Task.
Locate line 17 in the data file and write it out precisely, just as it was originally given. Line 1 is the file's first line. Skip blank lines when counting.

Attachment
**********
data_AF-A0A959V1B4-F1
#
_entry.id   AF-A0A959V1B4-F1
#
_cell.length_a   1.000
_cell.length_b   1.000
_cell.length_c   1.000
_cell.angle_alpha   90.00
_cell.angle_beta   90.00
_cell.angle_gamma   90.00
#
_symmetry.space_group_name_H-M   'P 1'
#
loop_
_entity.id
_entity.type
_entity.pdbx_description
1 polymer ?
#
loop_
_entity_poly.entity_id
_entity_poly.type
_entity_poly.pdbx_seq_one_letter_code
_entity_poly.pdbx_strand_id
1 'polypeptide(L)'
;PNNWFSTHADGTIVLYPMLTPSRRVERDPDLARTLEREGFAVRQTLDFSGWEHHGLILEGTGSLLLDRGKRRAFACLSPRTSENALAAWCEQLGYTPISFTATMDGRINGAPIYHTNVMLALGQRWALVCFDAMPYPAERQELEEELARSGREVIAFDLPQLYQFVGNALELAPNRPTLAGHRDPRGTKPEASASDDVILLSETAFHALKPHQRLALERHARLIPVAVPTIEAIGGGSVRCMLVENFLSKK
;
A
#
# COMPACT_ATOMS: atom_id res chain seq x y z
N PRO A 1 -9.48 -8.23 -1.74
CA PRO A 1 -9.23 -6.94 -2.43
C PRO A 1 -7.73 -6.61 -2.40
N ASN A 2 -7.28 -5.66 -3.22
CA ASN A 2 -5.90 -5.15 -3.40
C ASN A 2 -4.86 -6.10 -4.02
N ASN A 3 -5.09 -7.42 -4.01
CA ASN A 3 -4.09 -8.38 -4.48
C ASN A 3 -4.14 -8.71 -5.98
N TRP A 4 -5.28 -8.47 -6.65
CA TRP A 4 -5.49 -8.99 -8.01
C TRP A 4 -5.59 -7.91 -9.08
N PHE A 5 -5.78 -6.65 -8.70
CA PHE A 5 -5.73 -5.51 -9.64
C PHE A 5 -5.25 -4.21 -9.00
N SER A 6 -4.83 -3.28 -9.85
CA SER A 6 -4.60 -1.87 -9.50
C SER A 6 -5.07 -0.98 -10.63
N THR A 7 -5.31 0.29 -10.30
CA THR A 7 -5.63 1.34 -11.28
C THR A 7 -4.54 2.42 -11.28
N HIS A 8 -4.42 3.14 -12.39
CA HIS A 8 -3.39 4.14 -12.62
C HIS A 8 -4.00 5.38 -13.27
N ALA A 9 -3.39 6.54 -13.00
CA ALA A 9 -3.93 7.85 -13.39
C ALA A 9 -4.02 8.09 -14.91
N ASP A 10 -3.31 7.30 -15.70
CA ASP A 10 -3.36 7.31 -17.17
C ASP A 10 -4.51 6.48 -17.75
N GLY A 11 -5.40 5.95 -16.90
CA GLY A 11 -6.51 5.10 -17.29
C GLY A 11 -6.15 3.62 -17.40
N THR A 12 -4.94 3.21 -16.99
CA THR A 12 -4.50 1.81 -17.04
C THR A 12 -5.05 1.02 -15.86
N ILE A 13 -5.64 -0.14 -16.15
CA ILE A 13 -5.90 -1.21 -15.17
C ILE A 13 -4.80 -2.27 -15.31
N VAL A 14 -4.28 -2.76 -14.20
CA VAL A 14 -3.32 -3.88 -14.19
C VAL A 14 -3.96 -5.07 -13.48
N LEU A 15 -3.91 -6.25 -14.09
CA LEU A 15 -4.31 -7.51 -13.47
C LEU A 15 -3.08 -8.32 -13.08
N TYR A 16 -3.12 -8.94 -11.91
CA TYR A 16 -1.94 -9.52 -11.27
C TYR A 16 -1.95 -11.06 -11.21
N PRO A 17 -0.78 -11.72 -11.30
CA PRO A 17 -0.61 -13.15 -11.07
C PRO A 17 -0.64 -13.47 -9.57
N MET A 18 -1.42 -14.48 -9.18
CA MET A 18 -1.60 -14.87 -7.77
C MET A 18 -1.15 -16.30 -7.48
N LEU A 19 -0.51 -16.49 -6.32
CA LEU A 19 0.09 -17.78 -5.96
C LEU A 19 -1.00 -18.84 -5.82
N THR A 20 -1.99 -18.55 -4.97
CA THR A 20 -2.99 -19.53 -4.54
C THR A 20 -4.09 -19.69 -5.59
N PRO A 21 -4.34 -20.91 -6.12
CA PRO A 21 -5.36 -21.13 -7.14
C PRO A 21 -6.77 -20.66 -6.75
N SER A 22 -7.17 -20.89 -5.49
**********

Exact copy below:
_entity.pdbx_description